The Steps of the ANOVA Method
With the ANOVA method , we are actually analyzing the total variation of the scores, including the variation of the scores within the groups and the variation between the group means. Since we are interested in two different types of variation, we first calculate each type of variation independently and then calculate the ratio between the two. We use the -distribution as our sampling distribution and set our critical values and test our hypothesis accordingly.
When using the ANOVA method, we are testing the null hypothesis that the means and the variances of our samples are equal. When we conduct a hypothesis test, we are testing the probability of obtaining an extreme -statistic by chance. If we reject the null hypothesis that the means and variances of the samples are equal, and then we are saying that the difference that we see could not have happened just by chance.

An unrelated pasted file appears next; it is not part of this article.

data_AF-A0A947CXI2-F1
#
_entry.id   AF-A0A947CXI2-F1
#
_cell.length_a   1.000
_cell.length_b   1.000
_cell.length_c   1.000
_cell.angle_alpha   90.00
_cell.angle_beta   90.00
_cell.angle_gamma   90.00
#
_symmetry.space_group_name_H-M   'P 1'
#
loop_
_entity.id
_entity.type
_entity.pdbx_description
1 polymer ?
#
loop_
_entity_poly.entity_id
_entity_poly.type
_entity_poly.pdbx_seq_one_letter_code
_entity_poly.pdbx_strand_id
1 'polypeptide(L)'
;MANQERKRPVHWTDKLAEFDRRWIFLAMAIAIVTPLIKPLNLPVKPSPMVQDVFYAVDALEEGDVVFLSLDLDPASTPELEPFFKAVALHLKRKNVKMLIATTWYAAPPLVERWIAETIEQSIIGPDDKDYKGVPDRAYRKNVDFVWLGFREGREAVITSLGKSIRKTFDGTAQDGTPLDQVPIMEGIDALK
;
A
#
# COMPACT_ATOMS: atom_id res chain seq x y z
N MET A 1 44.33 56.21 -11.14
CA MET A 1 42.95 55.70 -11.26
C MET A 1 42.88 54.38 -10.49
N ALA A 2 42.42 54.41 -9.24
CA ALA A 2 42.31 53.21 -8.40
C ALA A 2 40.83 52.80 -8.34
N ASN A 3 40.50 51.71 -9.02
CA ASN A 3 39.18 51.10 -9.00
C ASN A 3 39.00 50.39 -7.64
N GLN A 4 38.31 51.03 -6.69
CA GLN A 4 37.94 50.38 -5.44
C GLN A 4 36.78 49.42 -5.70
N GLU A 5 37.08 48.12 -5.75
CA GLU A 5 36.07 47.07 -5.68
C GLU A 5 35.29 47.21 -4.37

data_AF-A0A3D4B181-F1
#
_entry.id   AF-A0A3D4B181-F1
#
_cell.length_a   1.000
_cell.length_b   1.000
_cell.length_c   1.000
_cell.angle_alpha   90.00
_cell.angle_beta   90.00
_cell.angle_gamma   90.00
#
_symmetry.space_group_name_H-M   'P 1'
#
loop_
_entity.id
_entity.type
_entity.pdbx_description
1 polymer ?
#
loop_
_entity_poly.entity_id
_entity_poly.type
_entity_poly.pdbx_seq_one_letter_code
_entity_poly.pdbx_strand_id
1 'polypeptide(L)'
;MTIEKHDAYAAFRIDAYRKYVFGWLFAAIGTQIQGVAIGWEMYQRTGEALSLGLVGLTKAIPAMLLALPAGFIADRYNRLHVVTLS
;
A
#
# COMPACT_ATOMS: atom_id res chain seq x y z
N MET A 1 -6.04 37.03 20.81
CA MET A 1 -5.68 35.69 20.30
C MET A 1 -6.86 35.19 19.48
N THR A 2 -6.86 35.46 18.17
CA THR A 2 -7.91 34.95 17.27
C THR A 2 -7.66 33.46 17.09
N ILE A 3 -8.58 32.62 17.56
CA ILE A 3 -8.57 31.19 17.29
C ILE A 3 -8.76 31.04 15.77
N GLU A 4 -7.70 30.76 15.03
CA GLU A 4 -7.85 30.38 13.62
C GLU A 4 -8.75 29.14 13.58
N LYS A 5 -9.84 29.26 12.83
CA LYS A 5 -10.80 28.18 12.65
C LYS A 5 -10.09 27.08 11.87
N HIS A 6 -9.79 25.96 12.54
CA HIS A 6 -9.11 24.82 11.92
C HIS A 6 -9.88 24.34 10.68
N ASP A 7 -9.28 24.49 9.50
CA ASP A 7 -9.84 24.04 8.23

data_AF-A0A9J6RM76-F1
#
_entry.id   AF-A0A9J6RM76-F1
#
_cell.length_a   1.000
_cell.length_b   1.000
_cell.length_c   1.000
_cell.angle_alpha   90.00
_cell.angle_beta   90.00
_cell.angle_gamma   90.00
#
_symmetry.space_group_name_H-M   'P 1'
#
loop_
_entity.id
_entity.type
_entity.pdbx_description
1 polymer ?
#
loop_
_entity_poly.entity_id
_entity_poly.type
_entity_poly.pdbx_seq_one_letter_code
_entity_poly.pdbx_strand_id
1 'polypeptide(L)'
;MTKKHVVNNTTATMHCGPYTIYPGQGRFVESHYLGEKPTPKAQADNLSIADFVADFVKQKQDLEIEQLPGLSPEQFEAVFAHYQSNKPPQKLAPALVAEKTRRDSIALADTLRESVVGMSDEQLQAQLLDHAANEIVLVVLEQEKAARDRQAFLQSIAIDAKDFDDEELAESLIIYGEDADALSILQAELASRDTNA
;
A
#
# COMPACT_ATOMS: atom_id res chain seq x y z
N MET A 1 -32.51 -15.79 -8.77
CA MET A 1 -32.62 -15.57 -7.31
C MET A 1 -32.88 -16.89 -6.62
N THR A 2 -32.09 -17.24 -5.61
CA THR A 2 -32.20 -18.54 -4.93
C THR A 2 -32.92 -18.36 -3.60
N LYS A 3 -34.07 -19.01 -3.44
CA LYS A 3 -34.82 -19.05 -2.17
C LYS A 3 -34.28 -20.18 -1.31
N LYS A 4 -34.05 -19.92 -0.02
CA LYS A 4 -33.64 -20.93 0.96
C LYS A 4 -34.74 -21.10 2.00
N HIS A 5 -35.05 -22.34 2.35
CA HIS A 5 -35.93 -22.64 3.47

To test a hypothesis using the ANOVA method, there are several steps that we need to take. These include:
1. Calculating the mean squares between groups , . The is the difference between the means of the various samples. If we hypothesize that the group means are equal, then they must also equal the population mean. Under our null hypothesis, we state that the means of the different samples are all equal and come from the same population, but we understand that there may be fluctuations due to sampling error. When we calculate the , we must first determine the , which is the sum of the differences between the individual scores and the mean in each group. To calculate this sum, we use the following formula:
is the group number.
is the sample size of group .
is the mean of group .
is the overall mean of all the observations.
is the total number of groups.
When simplified, the formula becomes:
is the sum of the observations in group .
is the sum of all the observations.
is the total number of observations.
Once we calculate this value, we divide by the number of degrees of freedom, , to arrive at the . That is,